Coat Count:

Students are asked to design a simulation to generate frequencies for complex events.

Type: Formative Assessment

Automotive Probabilities:

Students are asked to find the probability of a compound event using a tree diagram and explain how the tree diagram was used to find the probability.

Type: Formative Assessment

Lesson Plans

Pick and Roll:

This lesson is designed to teach students about independent and dependent compound probability and give students opportunities to experiment with probabilities through the use of manipulatives, games, and a simulation project. The lesson can take as long as three hours (classes), but can be modified to fit within two hours (classes).

Type: Lesson Plan

Independent Compound Probability:

During this lesson, students will use Punnett Squares to determine the probability of an offspring's characteristics.

Type: Lesson Plan

Understanding Probability of Compound Events:

This lesson uses guided teaching, small group activities, and student creations all-in-one! Students will be able to solve and create compound event word problems. They will also be able to identify what type of event is being used in a variety of word problems.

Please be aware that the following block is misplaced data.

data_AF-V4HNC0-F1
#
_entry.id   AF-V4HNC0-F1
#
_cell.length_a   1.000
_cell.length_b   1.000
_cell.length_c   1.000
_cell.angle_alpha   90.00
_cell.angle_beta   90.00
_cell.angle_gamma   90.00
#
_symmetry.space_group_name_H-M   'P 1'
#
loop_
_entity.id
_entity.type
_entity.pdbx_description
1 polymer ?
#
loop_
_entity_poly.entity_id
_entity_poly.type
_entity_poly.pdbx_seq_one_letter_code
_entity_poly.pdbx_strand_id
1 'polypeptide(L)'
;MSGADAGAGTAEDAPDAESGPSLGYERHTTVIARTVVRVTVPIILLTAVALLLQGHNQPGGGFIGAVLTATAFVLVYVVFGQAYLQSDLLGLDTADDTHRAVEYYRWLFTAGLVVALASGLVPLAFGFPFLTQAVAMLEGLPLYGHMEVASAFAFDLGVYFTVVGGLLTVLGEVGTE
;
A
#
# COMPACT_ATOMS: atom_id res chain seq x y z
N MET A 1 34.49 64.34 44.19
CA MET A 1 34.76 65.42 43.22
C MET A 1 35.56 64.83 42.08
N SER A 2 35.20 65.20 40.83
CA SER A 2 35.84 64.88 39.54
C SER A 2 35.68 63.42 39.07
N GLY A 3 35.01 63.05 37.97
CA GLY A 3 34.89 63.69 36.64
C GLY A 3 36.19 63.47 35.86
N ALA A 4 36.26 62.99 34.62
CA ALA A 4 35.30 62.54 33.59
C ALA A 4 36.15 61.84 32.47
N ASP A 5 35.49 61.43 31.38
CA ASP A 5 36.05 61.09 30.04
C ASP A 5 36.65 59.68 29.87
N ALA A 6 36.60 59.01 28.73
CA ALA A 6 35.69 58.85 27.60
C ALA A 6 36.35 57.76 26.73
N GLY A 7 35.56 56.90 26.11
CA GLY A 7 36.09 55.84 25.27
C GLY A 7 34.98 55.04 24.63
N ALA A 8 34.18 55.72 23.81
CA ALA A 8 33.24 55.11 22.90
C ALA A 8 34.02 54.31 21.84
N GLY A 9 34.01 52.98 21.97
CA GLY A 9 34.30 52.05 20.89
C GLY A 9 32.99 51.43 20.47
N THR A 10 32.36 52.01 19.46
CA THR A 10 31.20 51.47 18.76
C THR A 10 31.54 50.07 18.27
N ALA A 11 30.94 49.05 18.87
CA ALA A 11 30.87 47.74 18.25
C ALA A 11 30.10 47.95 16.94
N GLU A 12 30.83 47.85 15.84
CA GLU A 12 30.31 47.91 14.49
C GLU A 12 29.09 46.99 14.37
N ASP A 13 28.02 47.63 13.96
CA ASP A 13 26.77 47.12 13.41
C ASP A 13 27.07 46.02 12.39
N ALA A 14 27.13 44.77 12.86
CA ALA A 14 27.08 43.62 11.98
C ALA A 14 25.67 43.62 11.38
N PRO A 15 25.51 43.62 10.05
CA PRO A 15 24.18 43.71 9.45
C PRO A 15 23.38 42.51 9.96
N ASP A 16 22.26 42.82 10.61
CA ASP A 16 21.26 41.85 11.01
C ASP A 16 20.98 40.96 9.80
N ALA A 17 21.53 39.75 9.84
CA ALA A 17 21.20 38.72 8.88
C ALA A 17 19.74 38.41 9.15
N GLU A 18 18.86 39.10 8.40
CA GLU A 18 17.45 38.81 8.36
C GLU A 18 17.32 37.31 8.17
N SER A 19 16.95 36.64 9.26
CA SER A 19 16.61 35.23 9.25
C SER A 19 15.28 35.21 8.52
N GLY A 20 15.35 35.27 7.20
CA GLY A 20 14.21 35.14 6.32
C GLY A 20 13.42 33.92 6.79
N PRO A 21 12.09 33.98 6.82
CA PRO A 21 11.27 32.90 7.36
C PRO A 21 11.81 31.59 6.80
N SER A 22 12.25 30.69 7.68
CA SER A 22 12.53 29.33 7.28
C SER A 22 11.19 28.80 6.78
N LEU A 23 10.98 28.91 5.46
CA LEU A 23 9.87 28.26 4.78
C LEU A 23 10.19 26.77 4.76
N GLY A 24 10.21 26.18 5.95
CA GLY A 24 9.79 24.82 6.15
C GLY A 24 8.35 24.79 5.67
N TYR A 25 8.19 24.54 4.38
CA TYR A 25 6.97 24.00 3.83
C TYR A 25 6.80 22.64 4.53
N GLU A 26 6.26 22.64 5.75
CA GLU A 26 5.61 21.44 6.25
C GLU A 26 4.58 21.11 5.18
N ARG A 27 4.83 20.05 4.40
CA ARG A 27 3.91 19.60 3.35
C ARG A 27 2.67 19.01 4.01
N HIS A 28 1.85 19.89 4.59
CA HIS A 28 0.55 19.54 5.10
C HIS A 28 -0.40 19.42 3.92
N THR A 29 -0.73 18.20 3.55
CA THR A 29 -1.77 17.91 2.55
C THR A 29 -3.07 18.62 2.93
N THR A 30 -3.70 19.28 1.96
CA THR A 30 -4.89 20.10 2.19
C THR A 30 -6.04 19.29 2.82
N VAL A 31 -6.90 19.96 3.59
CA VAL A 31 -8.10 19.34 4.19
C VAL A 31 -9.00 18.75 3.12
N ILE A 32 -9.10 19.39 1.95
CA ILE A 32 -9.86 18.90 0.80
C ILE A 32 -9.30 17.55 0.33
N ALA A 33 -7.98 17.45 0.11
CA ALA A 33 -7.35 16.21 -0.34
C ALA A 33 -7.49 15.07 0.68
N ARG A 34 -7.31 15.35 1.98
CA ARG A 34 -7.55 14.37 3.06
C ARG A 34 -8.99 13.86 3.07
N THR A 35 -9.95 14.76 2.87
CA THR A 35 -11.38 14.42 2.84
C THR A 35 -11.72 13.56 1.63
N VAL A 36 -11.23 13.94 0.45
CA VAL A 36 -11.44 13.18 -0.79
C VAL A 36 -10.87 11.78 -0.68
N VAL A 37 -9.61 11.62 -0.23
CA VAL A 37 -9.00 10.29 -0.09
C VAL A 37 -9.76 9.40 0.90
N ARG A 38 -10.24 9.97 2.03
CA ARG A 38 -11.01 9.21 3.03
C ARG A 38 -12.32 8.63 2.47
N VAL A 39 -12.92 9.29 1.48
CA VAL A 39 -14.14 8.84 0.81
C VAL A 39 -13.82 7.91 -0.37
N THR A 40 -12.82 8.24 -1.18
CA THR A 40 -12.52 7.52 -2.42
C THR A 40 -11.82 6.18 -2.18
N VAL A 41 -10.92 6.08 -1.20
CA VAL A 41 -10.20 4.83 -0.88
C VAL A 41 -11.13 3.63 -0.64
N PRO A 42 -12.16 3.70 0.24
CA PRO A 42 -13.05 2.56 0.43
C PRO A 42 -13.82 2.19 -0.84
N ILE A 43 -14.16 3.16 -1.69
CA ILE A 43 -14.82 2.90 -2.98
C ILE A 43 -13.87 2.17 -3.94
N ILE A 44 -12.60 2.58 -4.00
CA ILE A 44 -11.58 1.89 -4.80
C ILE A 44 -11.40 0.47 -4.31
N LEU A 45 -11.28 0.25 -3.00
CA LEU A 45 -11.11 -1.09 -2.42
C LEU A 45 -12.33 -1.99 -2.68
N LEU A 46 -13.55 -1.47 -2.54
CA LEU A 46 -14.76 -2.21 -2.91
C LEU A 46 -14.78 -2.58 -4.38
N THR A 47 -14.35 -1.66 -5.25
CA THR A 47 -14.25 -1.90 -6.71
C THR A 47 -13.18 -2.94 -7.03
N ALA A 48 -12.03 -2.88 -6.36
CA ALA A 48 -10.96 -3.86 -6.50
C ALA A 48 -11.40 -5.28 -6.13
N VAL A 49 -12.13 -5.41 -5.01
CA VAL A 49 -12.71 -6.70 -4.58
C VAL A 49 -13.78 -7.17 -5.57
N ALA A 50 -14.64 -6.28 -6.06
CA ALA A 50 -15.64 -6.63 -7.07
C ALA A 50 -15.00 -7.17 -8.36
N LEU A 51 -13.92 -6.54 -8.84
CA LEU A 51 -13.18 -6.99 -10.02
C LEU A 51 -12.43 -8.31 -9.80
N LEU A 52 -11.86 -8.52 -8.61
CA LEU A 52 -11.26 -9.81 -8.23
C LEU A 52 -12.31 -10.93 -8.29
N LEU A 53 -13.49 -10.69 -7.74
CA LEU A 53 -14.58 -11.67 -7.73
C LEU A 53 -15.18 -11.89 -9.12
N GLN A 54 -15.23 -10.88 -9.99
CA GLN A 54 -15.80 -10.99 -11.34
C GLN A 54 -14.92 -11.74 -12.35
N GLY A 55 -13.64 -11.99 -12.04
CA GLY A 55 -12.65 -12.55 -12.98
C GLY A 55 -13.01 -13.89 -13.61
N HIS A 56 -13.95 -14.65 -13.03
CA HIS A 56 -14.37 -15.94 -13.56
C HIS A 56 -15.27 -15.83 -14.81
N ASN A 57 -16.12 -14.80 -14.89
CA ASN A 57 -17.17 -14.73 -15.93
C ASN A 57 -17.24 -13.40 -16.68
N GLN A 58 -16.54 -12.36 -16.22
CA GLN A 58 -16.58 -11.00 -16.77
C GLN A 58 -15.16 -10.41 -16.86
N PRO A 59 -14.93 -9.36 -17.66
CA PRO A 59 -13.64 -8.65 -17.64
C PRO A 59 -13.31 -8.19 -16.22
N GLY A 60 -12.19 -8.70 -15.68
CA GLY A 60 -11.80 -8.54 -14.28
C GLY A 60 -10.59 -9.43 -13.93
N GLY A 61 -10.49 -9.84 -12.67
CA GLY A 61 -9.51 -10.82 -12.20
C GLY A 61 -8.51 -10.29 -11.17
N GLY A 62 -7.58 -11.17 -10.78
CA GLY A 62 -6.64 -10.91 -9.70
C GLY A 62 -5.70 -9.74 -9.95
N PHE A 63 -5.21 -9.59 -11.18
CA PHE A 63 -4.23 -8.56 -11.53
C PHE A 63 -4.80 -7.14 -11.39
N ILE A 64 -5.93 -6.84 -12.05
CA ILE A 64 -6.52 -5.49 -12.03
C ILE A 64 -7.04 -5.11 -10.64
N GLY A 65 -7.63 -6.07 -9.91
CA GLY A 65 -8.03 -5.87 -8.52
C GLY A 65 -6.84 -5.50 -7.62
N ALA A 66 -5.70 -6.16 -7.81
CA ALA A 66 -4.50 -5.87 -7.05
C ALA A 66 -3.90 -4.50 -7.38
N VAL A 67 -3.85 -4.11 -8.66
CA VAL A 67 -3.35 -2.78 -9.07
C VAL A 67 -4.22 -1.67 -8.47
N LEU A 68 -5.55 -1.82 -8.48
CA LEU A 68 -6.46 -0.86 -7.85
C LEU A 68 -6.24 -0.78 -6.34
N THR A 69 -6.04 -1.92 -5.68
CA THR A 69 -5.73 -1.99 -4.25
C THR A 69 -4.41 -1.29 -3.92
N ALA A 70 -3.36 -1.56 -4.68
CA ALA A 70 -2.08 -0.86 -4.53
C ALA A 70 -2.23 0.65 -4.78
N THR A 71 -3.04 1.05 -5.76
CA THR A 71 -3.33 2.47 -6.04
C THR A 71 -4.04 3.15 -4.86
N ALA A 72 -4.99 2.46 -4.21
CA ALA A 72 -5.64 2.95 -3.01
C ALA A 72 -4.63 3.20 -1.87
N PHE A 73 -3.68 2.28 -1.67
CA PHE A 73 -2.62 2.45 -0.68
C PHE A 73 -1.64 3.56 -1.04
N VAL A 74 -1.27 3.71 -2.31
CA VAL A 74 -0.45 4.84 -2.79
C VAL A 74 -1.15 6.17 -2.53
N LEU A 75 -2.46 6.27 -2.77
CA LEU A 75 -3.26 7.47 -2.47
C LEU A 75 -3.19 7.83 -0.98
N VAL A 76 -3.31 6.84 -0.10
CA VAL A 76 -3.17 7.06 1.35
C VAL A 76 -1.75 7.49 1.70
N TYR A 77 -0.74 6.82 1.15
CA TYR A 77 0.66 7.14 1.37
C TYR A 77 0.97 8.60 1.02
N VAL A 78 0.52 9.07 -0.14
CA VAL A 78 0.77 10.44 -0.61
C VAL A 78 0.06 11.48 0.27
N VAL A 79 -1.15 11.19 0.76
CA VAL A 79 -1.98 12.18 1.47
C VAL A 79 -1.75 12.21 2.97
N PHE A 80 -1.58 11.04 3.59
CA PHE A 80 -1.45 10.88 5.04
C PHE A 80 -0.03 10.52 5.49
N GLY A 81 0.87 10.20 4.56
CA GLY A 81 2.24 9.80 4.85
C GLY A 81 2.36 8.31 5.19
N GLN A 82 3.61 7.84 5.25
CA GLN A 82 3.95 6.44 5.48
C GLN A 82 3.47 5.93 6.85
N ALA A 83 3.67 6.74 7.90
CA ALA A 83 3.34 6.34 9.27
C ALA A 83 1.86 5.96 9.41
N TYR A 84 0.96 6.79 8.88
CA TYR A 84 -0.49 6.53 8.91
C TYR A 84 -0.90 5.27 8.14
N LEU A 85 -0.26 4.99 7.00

Type: Lesson Plan

Permutations and Combinations:

This is a seventh grade lesson that should follow a lesson on simple probability. This is a great introduction to compound probability and a fun, hands-on activity that allows students to explore the differences between permutations and combinations.  This activity leads into students identifying situations involving combinations and permutations in a real-world context.

Type: Lesson Plan

How to Hit it Big in the Lottery - Probability of Compound Events:

Students will explore a wide variety of interesting situations involving probability of compound events. Students will learn about independent and dependent events and their related probabilities.